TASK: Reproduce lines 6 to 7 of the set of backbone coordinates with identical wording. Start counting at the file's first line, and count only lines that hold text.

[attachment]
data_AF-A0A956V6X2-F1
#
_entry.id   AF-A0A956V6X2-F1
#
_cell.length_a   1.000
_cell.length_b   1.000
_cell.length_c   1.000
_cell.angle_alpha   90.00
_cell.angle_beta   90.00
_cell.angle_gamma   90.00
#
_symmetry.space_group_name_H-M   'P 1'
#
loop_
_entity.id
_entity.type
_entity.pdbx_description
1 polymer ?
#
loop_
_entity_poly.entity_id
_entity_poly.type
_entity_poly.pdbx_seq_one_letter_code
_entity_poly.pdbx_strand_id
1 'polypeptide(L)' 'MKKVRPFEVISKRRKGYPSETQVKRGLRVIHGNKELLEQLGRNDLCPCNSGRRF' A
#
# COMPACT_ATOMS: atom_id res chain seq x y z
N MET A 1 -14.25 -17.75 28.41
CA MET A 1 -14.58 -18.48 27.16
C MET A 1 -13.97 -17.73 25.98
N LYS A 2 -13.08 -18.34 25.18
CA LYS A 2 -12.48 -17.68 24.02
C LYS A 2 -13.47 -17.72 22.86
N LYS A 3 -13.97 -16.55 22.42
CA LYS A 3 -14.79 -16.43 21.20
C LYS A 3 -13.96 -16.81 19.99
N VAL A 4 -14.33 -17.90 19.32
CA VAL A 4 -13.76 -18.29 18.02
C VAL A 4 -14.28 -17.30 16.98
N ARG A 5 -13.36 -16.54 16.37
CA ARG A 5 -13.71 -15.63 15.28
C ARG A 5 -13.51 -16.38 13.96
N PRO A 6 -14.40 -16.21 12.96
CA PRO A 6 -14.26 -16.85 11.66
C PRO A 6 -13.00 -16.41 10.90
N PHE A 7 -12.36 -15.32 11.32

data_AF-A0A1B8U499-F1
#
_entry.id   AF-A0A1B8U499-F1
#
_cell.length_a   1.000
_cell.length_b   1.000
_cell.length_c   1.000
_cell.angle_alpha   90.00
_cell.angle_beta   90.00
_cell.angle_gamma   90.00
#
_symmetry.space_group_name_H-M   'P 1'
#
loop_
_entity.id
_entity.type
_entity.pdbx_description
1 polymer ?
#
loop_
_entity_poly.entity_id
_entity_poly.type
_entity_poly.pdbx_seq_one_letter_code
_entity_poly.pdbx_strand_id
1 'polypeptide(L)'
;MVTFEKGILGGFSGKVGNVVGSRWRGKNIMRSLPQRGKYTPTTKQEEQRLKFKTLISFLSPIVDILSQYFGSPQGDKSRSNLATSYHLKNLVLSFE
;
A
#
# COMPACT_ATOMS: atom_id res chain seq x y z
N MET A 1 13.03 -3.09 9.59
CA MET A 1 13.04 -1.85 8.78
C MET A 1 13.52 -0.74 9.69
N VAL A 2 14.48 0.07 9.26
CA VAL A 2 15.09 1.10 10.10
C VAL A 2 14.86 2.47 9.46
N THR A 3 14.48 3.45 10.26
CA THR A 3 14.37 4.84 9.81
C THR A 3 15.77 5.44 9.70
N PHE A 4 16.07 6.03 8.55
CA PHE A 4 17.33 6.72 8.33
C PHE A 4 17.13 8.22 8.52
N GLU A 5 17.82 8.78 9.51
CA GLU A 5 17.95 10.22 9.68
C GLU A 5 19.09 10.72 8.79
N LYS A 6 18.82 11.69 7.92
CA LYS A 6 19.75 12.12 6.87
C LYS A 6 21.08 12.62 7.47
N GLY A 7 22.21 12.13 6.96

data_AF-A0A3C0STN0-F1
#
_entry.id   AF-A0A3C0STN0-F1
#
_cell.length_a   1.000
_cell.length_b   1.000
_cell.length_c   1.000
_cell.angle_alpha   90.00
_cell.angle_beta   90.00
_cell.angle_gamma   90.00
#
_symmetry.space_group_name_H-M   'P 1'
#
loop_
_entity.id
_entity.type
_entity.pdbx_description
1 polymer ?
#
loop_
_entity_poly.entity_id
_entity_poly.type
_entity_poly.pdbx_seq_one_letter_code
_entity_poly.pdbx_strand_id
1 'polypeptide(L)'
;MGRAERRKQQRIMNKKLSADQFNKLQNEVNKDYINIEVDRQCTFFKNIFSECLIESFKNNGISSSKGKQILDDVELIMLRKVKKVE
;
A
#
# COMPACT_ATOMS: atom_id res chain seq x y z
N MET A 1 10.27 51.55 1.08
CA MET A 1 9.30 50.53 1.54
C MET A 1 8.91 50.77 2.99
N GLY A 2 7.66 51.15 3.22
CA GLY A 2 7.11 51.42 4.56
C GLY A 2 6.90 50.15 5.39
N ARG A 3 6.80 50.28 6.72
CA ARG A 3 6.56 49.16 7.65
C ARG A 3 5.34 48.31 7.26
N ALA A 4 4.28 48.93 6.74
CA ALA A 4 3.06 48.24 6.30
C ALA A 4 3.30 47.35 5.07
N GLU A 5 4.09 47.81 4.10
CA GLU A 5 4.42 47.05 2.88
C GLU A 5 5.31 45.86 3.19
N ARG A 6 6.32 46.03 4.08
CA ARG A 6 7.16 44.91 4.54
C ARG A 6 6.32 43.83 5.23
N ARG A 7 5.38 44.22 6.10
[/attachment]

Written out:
_cell.length_b   1.000
_cell.length_c   1.000